Friday, September 21, 2012

Cognitive Dissonance at "The Nation"

( Originally written and posted on MySpace on May 31, 2009 )
The Nation is a weekly review which is firmly planted on the left.  [ I } read it only because [ I get ] a special academic discount.  Obviously, someone must subsidize it.  Why people who are affluent enough to have money to give away, choose to give it to The Nation  is a minor mystery.  There are obviously "values voters" on the left as well as on the right.

Once in a long while, writers at this weekly show some signs of ideological stress.  Such appears between the lines of a lengthy essay review in the June 8, 2009, issue, the "Spring Books Issue."  Chosen as the cover story, where it is entitled "William Deresiewicz on Literary Darwinism," it is a review of several new books about the new school of Darwinian literary criticism.  Among titles reviewed are Jonathan Gottschall's The Rape of Troy:  Evolution, Violence, and the World of Homer and his more theoretical Literature, Science, and a New Humanities.

This obviously presents a dilemma to the reviewer.  He settles for arguing that Darwinian literary criticism is not really relevant to literature.  Writing in The Nation he cannot damn Darwinism, a deed which might lead some people to place him in the company of people on the Christian Right.  On the other hand, he realizes that findings of Darwinian literary critics as well as the findings of evolutionary psychology in general are not supportive of the left's concept of humanity.  This is because the left wants everything human to be an outcome of culture, not nature.  Leftists can create a new culture, a new society, to remove all and any flaws of humanity.  They do not want to contend with anything based in heredity.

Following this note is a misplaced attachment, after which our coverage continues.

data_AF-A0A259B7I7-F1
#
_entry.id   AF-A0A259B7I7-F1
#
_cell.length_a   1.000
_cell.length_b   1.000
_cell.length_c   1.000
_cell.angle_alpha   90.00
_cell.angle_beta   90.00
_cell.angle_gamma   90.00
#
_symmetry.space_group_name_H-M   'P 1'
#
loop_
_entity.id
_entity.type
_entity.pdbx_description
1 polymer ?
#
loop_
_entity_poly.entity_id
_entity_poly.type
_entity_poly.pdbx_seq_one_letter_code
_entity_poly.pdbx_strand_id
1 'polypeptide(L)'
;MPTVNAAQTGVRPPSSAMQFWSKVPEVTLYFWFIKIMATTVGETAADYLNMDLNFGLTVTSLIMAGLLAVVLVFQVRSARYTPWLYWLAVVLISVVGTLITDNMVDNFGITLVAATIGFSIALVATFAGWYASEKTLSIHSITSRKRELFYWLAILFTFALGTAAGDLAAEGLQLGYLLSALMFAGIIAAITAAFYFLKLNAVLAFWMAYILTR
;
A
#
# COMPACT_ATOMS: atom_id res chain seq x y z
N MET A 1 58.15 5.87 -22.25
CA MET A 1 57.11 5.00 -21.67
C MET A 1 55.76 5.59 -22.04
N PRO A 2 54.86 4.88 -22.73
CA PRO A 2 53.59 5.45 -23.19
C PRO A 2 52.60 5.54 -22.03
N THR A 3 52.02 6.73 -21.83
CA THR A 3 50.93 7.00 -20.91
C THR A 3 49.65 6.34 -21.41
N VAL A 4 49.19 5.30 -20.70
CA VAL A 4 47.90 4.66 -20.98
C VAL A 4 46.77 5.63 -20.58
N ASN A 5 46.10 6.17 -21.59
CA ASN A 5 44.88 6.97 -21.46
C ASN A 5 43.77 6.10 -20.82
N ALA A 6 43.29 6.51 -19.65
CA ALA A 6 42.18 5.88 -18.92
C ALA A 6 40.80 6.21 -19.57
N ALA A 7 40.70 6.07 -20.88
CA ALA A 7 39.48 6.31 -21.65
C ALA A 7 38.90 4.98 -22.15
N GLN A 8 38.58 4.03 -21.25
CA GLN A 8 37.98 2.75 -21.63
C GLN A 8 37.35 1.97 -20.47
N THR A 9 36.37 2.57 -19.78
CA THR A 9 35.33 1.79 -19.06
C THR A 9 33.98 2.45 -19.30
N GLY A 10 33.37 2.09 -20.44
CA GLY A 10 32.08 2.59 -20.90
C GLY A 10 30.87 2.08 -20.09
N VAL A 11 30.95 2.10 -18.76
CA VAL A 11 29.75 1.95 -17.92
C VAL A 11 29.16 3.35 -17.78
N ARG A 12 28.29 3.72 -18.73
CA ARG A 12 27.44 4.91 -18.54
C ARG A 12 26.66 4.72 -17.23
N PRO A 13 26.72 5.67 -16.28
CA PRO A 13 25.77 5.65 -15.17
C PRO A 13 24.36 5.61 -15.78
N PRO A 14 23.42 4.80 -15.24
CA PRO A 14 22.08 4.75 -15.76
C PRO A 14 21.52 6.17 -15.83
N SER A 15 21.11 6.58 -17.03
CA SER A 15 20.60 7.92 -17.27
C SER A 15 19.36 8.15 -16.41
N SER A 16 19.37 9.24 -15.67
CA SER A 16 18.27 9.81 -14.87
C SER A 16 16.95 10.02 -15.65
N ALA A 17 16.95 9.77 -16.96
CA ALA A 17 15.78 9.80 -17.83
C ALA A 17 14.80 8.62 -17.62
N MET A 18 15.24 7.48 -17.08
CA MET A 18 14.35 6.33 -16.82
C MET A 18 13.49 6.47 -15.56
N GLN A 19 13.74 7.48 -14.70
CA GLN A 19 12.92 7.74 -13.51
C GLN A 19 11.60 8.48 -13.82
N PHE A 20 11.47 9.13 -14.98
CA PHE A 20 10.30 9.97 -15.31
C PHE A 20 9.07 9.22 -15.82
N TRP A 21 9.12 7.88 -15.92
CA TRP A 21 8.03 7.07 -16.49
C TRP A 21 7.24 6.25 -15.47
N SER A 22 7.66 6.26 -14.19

Deresiewicz does have one very sound observation to offer:

    " The humanities, meanwhile, are undergoing their own struggle for survival within the academic ecosystem.  Budgets are shrinking, students are disappearing, faculty positions are being lost, institutional prestige has all but evaporated.  As the Darwinians are quick to point out, a lot of this suffering is self-inflicted.  In literary studies in particular, the last several decades have witnessed the baleful reign of ' Theory, ' a mash-up of Derridean deconstruction, Foucauldian social theory, Lacanian psychoanalysis and other assorted abstrusiosities, the overall tendency of which has been to cut the field off from society at large and from the main currents of academic thought, not to mention the common reader and common sense. . . ."

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